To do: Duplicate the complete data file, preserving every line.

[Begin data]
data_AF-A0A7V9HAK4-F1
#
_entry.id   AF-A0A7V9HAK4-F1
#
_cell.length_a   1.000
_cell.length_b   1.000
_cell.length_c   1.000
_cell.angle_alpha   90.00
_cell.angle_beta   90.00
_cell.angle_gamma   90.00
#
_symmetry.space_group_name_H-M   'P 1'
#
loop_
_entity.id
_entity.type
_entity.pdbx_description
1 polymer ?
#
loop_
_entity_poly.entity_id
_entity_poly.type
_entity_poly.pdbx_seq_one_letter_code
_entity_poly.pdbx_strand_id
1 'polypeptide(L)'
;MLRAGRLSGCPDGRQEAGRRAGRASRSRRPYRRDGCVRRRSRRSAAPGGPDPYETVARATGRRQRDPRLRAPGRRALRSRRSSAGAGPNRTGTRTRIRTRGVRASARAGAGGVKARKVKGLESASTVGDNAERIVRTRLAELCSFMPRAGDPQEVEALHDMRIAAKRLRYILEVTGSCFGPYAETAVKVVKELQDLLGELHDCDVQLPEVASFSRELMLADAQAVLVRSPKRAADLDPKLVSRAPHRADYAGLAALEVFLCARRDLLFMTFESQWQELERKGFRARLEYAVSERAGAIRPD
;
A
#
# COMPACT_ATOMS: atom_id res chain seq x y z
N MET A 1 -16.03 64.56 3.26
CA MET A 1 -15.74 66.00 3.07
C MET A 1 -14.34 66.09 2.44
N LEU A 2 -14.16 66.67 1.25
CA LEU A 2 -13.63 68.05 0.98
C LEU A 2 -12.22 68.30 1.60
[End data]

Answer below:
data_AF-A0A7V9HAK4-F1
#
_entry.id   AF-A0A7V9HAK4-F1
#
_cell.length_a   1.000
_cell.length_b   1.000
_cell.length_c   1.000
_cell.angle_alpha   90.00
_cell.angle_beta   90.00
_cell.angle_gamma   90.00
#
_symmetry.space_group_name_H-M   'P 1'
#
loop_
_entity.id
_entity.type
_entity.pdbx_description
1 polymer ?
#
loop_
_entity_poly.entity_id
_entity_poly.type
_entity_poly.pdbx_seq_one_letter_code
_entity_poly.pdbx_strand_id
1 'polypeptide(L)'
;MLRAGRLSGCPDGRQEAGRRAGRASRSRRPYRRDGCVRRRSRRSAAPGGPDPYETVARATGRRQRDPRLRAPGRRALRSRRSSAGAGPNRTGTRTRIRTRGVRASARAGAGGVKARKVKGLESASTVGDNAERIVRTRLAELCSFMPRAGDPQEVEALHDMRIAAKRLRYILEVTGSCFGPYAETAVKVVKELQDLLGELHDCDVQLPEVASFSRELMLADAQAVLVRSPKRAADLDPKLVSRAPHRADYAGLAALEVFLCARRDLLFMTFESQWQELERKGFRARLEYAVSERAGAIRPD
;
A
#
# COMPACT_ATOMS: atom_id res chain seq x y z
N MET A 1 -16.03 64.56 3.26
CA MET A 1 -15.74 66.00 3.07
C MET A 1 -14.34 66.09 2.44
N LEU A 2 -14.16 66.67 1.25
CA LEU A 2 -13.63 68.05 0.98
C LEU A 2 -12.22 68.30 1.60